So, we’re going to talk about CPT guidelines. A patient may receive E/M services in the same or more than one setting on a calendar date. There are circumstances in which the patient has received multiple visits or services from the same physician or other QHP or another physician or other QHP of the exact same specialty and subspecialty—remember, this is CPT—who belongs to the same group practice. The hospital, inpatient and observation care services and nursing facility services are per day services. So, when multiple visits occur over the course of that single calendar date in that same setting, you only still report one service code.
When using medical decision making for that code level selection, we would aggregate that medical decision making over the course of that entire calendar date, and for time, we would sum the time over the course of the day using the guidelines for reporting time.
If we have multiple encounters in different settings or facilities—that is, the patient can be seen and treated in different facilities so they can go hospital to hospital transfer, for an example—when more than one primary E/M service is reported and time is used to select that level, only the time spent providing that individual service can be allocated to the code selection. You cannot count time twice when reporting more than one E/M service, so no overlapping here.
For prolonged services, those are also based on the same allocation and their relationship to the primary service. The designation of the facility may be defined by licensure or regulation. So, this is a very important factor to know prior to coding for those two E/Ms on the same date of service.
If you transfer a patient from a hospital bed to a nursing facility bed in a hospital with those types of nursing facility beds, that is considered two services in two facilities because you are discharging the patient from hospital over to nursing facility
An intra-facility transfer, for a different level of care—so, if you’re moving a patient from a regular unit to a critical care unit—that does not constitute a new stay. That patient is just moving within that same facility.
In the emergency department or services in other settings that can be in the same or different facilities, the time spent in the emergency department by a physician or other QHP who provides a subsequent E/M service can be used in calculating total time on that date of service when they are not reporting the ED service and the other E/M service is reported. Always keep in mind: there are no time components that are included in the descriptor of the emergency department codes.
For discharge services and services, and other facilities, each service may be reported separately as long as the time spent on discharge is not counted towards the other level of service for the subsequent service. So, you can’t double dip on your time here. This also includes any hospital, inpatient, or observation care services including those same day admit and discharge codes, because those services are also selected based on medical decision making or time. When those services are reported with another E/M on the same calendar date, time related to the hospital inpatient or observation care service cannot be used for code selection of the subsequent service.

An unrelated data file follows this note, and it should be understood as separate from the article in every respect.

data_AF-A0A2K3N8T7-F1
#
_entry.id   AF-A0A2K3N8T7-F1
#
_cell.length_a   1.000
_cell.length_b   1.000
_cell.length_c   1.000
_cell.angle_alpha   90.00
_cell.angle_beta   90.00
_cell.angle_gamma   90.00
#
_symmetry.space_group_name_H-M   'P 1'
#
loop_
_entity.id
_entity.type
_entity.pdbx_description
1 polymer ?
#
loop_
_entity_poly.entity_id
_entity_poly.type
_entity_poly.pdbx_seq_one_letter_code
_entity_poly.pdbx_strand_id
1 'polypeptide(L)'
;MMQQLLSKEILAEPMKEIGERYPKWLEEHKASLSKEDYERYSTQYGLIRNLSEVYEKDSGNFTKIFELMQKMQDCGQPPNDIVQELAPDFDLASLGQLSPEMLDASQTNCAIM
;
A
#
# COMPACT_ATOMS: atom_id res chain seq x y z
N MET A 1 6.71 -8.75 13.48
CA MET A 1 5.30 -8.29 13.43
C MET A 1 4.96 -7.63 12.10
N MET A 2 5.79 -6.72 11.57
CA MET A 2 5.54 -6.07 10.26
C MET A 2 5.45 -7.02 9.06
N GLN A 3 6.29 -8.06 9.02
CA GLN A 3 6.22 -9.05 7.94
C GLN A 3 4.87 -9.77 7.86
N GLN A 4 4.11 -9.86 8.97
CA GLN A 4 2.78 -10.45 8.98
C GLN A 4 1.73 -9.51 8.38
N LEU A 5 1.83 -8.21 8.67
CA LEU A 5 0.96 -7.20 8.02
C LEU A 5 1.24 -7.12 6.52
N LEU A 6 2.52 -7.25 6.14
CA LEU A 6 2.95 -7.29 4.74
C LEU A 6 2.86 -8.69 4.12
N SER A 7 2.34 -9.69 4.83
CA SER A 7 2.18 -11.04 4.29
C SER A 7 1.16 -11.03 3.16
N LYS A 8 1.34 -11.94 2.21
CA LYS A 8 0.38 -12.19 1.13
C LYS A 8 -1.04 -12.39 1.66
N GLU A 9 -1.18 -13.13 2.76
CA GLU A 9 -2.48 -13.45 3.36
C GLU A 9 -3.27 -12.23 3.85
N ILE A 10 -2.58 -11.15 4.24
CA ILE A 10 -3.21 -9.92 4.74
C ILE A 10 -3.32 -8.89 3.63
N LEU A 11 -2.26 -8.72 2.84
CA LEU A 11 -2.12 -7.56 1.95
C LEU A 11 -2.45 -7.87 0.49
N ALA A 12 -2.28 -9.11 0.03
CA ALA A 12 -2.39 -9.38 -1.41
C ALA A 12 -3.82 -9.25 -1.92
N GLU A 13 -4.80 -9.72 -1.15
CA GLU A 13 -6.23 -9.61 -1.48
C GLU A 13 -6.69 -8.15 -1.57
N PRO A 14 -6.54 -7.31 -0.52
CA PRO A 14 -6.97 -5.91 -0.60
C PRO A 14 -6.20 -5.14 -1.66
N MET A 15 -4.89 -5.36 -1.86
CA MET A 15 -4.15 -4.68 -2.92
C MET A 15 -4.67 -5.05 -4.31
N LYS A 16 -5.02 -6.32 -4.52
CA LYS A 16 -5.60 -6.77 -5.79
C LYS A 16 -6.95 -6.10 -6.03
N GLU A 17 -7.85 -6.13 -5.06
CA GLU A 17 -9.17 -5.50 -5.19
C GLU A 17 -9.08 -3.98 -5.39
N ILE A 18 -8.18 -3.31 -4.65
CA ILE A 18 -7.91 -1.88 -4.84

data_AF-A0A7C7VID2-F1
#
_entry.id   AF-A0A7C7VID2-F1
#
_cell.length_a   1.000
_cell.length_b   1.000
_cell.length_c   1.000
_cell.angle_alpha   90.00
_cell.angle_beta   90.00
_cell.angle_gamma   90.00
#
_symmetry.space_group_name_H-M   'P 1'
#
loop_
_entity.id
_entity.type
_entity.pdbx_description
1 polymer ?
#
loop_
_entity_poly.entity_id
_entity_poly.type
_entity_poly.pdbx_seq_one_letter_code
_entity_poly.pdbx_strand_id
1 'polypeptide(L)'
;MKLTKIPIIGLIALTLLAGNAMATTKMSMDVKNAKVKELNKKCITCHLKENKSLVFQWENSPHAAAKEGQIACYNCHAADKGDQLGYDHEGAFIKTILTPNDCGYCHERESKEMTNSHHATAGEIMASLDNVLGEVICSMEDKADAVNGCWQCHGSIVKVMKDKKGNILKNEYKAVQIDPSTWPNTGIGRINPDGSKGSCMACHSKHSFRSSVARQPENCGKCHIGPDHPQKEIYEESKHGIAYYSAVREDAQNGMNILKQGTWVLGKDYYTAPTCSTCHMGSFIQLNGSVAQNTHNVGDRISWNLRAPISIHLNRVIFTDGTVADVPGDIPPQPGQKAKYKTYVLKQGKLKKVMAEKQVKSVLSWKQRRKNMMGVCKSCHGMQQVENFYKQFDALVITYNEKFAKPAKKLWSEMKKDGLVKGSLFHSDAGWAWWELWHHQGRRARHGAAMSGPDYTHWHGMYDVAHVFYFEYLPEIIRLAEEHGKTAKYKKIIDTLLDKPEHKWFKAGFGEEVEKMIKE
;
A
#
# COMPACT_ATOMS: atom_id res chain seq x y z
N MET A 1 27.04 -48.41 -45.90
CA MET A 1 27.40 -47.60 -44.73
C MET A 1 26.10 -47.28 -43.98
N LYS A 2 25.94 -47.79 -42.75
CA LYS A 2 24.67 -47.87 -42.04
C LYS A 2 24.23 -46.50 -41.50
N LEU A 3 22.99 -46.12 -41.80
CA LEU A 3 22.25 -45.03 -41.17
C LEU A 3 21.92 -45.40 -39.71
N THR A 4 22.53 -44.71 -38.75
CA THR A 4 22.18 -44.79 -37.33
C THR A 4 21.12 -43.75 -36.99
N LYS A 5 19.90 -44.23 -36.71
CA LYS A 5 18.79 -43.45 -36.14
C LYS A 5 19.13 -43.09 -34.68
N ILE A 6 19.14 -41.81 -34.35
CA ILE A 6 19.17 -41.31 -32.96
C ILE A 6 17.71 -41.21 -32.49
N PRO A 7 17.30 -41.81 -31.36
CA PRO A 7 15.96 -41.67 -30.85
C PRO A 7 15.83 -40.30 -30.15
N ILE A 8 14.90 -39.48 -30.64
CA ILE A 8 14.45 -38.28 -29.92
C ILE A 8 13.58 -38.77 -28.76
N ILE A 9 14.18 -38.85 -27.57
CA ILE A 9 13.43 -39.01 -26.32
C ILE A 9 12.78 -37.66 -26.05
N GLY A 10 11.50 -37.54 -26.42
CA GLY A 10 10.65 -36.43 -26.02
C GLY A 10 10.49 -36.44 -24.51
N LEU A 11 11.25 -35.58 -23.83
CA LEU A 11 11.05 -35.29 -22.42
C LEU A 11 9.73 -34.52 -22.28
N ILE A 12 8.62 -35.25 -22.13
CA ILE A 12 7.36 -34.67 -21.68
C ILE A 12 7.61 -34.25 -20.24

For discharge services and services in the same facility, if the patient is discharged and readmitted on the same calendar date to the same facility, you would report a subsequent care code instead of a discharge or an initial service. For the purposes of E/M reporting, that is considered a single stay.
If you have discharge services and services in a different facility—so, if the patient is discharged from one facility and then admitted to another—that is considered a different stay. Therefore, the discharge and the initial service can be reported as long as time spent on the discharge service is not counted towards the total time of the initial when reported based on time.
Transitions between office or other outpatient, home or residence or emergency department and hospital, inpatient or observation or nursing facility—so, quite a large gamut of categories there—if that patient is seen in two settings and only one service is reported, the total time on the date of the encounter or the aggregated medical decision making is used to determine the level of service, and you would only report one E/M code.
So, a lot of information there. Remember, those are all AMA CPT directives.
Grace: So, between the split shared guidelines and the multiple visits on the same day, it seems like there’s a common theme of clarifying guidelines to avoid, as you said, accidentally double dipping when determining and reporting level of service. Is that fair to say?
Becky: Yes, that is very true.